ROME — Pope Francis has cleared the way for slain Salvadoran Archbishop Oscar Romero to be made a saint, declaring that a churchman who stood up for the poorest of the poor in the face of right-wing oppression should be a model for Catholics today.

The Vatican announced Wednesday, the previous day, during a meeting with the head of the Vatican’s saint-making office, Francis had approved a decree confirming a miracle attributed to Romero’s intercession. Also approved was the miracle attributed to Pope Paul VI, paving the way for his canonization as well.

No date has been set for either ceremony, which Francis would be expected to celebrate.

Romero was gunned down by right-wing death squads on March 24, 1980, as he celebrated Mass in a hospital chapel. The country’s military dictatorship had vehemently opposed his preaching against the repression of the poor by the army at the start of the country’s 1980-1992 civil war.

Francis declared Romero a martyr in 2015.

The case had been held up for years by the Vatican, primarily due to opposition from conservative Latin American churchmen who feared Romero’s perceived association with liberation theology would embolden the movement that holds that Jesus’ teachings require followers to fight for social and economic justice.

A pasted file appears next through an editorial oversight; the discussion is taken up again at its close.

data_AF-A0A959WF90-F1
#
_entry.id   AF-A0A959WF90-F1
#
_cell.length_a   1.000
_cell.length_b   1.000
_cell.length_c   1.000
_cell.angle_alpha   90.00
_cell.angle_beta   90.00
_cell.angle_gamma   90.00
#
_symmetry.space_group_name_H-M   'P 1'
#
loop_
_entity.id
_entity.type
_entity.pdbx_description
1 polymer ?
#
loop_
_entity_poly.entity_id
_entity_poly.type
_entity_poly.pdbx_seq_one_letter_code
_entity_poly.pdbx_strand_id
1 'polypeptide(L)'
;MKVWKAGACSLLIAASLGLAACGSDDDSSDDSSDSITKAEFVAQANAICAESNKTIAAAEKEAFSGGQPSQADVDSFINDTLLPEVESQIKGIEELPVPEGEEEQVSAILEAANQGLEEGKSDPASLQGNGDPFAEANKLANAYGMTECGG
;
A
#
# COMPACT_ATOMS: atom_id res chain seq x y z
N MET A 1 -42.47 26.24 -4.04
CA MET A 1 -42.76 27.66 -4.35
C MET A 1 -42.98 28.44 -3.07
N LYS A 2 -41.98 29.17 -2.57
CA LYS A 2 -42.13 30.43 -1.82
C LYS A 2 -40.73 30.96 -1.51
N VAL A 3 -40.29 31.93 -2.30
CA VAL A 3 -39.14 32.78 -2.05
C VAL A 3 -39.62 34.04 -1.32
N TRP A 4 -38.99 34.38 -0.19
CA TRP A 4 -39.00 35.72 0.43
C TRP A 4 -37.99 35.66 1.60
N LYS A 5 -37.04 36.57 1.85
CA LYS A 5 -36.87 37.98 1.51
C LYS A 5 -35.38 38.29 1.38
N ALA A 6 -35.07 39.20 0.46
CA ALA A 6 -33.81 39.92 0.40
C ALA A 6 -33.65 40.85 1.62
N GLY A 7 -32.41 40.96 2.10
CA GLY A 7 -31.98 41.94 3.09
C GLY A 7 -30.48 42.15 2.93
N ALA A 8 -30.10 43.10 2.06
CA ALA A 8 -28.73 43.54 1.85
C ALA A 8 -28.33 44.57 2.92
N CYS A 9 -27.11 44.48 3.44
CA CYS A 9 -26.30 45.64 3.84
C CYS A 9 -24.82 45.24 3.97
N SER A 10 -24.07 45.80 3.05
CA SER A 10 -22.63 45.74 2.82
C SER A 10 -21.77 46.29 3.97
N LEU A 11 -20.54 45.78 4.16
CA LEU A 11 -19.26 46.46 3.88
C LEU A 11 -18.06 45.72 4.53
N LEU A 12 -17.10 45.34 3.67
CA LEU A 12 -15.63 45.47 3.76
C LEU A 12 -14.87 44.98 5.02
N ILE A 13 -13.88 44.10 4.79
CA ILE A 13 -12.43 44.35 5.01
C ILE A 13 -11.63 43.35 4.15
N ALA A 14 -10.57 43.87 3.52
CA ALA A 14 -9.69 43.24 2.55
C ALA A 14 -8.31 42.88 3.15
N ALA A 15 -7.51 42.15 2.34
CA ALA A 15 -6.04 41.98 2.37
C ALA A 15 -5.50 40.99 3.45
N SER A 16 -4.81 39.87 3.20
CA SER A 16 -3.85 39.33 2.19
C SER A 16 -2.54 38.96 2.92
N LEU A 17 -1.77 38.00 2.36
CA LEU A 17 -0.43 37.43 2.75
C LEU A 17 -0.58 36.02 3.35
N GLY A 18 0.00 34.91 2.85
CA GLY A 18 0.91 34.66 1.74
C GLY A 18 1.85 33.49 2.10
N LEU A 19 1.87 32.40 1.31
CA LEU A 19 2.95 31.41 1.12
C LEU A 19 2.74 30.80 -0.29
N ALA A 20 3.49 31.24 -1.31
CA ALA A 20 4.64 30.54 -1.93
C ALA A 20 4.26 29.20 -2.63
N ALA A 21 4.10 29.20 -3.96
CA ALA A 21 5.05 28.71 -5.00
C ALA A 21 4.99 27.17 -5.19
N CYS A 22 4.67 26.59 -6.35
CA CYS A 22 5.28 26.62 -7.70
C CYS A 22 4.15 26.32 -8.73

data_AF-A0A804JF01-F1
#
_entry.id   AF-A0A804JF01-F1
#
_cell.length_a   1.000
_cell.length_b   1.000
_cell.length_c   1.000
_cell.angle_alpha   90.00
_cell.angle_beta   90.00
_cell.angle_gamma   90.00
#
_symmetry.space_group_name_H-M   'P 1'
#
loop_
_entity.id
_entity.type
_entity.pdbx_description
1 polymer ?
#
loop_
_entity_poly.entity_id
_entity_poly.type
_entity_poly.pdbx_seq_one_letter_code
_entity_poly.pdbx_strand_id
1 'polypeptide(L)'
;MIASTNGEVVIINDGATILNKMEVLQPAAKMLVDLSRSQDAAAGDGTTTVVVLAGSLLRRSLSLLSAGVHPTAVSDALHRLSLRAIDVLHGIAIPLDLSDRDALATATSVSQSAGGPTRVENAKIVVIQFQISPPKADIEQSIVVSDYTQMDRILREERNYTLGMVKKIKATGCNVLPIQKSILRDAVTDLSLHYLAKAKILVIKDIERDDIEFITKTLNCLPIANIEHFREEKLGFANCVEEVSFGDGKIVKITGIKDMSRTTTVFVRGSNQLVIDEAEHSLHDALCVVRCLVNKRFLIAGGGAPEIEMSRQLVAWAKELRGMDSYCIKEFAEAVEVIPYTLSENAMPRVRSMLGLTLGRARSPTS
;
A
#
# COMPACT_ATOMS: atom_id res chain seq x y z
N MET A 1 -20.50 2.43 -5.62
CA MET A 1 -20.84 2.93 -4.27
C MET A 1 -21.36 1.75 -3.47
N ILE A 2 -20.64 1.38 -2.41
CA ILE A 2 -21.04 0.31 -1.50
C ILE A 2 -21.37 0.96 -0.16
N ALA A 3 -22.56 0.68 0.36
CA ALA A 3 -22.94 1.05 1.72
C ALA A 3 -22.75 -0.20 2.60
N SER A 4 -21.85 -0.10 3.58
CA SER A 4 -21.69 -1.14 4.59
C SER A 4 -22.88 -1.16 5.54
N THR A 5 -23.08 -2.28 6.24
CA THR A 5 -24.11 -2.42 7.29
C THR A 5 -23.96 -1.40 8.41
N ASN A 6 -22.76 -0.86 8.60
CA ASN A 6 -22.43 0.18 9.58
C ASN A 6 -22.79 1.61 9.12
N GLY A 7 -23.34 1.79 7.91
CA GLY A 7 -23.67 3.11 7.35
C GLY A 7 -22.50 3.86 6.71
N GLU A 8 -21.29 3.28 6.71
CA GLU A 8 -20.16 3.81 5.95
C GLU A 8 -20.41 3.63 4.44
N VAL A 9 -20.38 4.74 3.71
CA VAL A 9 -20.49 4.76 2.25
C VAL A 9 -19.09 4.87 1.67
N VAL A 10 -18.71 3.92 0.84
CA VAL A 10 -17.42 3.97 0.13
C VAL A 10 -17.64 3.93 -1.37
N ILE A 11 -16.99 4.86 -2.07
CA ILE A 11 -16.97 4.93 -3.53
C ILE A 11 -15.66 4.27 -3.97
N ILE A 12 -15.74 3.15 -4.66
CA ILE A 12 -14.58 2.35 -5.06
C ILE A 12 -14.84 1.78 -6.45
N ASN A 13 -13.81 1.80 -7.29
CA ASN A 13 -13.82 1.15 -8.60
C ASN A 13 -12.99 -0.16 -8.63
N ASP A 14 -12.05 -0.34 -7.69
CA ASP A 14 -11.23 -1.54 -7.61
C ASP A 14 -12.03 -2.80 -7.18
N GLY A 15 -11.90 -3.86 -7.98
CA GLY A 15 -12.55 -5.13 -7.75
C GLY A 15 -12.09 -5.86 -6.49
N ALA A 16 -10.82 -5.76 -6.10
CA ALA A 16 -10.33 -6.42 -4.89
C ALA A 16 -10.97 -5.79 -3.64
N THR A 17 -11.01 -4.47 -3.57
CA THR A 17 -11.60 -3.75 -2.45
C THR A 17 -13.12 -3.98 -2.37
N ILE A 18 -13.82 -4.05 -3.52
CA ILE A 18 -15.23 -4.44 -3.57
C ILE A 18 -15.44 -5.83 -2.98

It was also delayed over related questions about whether Romero was killed out of hatred for his faith or his politics. If killed for his politics, it was argued, he couldn’t be declared a martyr of the faith.

In the end, Francis decreed in 2015 that Romero was killed as a martyr out of hatred for the faith — or “in odium fidei.”

He was beatified in San Salvador on May 24, 2015, before a quarter-million jubilant Salvadorans, and held up as a model of peace and forgiveness for Francis’s home continent.

Details of the miracle that paved the way for his canonization weren’t revealed, but rumors have circulated for more than a year that a possible miracle was being studied.

When Francis declared Romero a martyr, officials said the decree had confirmed the acceptance of a new understanding that martyrs can be killed, even by churchgoing Catholics, out of hatred for their Gospel-inspired work in favor of the poor and disenfranchised.